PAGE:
How can an Agile Coach figure out when an Agile “Transformation” is going wrong? Are there signs that they might see, heed, and take action upon? Of course, there are!

      Hindsight is 20/20, but in the moment, these warning signs can be hard to see. Let’s explore some of the more common, and frightening, warning signs that your Agile “Transformation” might be exhibiting. We will discuss transformation provider types, frameworks, keywords, and other anti-patterns that might be signs that THE END IS NIGH.

      This session will review common themes and help familiarize you with the warning signs. Armed with this new knowledge, you will be able to plan as appropriate, to help navigate your organization through potential impending doom.

    • Maaret Pyhajarvi
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      Maaret Pyhajarvi - Working without a Product Owner

      45 Mins
      Case Study
      Intermediate

      For a decade of software product agile, we had worked in a structure where business responsibility of what to build was allocated to a product owner and the responsibility of how to build it was allocated to a development team. Product owner would maintain a backlog, act as voice of the customers. Until one day we realized that the choice of what to build or fix is hard, and critical to everyone’s success. If we wanted to do it poorly, we delegated it to a single product owner.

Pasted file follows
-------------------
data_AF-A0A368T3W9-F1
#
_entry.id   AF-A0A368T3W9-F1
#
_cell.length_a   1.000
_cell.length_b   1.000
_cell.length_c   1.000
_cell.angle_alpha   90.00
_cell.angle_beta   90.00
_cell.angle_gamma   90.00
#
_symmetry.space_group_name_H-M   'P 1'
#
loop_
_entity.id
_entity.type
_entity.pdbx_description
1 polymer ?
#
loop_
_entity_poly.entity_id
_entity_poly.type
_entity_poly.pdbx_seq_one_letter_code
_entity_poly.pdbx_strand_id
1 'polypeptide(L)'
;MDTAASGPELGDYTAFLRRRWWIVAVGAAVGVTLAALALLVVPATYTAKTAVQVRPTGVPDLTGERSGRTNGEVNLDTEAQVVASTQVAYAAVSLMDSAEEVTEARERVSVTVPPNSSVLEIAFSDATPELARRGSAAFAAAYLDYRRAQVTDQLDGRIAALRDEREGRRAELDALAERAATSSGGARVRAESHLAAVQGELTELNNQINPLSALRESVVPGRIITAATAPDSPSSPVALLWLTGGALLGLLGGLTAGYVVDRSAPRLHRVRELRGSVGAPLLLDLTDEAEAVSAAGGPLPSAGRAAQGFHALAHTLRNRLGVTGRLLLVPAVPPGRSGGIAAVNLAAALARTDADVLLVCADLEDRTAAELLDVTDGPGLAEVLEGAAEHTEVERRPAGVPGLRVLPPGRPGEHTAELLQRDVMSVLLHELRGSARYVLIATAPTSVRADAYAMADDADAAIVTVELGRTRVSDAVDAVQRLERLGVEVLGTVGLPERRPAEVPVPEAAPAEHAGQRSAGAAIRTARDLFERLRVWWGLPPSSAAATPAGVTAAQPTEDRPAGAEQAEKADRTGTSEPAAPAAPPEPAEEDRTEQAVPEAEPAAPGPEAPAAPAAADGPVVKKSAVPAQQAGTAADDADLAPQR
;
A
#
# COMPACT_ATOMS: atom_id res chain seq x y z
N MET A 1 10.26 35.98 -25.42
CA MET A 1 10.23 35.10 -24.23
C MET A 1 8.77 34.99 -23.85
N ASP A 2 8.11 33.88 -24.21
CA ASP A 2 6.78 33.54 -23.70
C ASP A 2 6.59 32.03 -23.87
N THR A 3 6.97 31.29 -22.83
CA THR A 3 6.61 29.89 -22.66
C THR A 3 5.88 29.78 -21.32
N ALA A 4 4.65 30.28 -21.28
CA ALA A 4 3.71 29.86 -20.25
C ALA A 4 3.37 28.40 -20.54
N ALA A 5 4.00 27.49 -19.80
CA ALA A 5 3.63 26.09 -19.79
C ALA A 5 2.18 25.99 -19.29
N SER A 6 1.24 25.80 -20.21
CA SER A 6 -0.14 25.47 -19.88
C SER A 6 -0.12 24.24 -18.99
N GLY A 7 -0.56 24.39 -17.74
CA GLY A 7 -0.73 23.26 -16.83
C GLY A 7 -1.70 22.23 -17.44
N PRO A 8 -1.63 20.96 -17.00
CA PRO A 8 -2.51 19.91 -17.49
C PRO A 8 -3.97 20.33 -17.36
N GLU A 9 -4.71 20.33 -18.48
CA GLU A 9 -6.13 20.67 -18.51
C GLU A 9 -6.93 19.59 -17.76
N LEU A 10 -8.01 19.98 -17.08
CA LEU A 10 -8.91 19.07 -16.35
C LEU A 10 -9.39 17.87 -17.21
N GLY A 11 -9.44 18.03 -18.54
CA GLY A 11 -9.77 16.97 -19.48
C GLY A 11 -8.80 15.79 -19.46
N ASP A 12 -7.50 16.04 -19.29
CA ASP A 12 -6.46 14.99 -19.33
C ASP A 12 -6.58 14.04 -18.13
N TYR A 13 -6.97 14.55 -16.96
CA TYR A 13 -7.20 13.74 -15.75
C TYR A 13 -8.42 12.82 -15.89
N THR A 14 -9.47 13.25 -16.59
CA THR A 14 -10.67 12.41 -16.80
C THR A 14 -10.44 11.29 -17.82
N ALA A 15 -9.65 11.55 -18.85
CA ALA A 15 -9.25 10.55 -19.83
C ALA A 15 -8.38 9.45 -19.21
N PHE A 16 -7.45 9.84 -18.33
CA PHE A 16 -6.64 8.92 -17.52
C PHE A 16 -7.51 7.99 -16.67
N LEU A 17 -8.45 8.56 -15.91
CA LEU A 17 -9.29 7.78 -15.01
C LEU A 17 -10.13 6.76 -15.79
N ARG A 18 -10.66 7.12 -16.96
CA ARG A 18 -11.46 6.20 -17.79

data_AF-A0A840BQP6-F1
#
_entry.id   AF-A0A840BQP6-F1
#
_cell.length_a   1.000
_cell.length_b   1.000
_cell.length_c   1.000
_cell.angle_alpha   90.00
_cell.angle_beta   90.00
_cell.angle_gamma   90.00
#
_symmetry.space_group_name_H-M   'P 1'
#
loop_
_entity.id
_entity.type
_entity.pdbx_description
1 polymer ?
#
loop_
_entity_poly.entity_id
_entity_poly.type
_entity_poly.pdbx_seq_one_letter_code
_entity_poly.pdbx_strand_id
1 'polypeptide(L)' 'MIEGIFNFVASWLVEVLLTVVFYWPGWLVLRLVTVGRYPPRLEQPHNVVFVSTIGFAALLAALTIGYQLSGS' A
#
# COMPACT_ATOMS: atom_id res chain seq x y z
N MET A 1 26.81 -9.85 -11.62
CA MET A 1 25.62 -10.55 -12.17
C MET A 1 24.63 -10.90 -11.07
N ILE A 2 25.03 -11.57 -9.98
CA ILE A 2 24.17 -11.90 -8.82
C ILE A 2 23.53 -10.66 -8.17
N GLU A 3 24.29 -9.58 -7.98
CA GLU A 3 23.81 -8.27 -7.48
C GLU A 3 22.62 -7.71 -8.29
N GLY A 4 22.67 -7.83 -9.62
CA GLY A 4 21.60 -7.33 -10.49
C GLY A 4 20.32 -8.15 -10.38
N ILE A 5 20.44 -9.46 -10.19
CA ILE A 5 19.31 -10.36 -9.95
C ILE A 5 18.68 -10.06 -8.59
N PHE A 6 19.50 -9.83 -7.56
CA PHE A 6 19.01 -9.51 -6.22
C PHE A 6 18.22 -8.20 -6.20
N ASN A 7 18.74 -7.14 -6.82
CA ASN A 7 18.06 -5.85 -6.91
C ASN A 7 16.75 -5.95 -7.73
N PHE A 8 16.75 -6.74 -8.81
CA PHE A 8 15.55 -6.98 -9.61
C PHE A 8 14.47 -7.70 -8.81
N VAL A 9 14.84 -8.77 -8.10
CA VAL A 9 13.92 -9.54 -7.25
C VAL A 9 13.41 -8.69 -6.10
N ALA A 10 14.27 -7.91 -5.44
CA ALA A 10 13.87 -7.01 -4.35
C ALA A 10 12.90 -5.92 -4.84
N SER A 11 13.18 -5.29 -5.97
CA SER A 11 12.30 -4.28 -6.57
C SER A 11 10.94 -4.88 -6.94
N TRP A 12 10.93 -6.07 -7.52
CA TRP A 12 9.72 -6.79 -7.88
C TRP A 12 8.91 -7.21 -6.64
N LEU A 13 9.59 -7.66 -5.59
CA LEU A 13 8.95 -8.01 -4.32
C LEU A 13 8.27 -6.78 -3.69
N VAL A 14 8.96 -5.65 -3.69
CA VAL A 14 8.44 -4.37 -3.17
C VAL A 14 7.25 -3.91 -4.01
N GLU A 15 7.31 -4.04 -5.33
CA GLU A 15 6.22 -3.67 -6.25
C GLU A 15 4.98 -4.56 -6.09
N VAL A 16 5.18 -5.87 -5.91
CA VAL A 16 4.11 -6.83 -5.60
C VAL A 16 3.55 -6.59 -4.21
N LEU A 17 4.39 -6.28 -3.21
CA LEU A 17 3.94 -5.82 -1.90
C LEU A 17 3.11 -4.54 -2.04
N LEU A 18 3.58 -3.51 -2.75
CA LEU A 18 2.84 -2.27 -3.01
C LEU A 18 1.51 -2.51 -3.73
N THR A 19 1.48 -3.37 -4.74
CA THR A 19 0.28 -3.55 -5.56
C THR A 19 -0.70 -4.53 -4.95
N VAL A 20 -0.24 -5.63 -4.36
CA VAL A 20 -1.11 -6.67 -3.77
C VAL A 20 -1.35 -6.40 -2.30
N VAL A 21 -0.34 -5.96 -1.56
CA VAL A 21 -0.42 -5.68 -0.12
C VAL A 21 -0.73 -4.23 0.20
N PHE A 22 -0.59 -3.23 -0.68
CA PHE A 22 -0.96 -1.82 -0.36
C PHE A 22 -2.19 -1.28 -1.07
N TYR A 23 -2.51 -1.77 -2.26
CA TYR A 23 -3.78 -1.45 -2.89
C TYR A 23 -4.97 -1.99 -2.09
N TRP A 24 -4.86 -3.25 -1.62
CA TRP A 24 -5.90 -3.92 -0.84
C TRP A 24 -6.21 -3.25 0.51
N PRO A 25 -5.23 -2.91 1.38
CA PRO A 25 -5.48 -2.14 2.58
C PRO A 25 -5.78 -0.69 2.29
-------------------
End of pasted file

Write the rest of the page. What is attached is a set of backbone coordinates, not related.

We started a no product owner experiment. For three months, we experienced the development team delivering multitudes of value to what we had grown to expect, and innovate customer-oriented solutions in direct collaboration with customers. Team satisfaction and happiness bloomed. The experiment turned into a continuous way of working.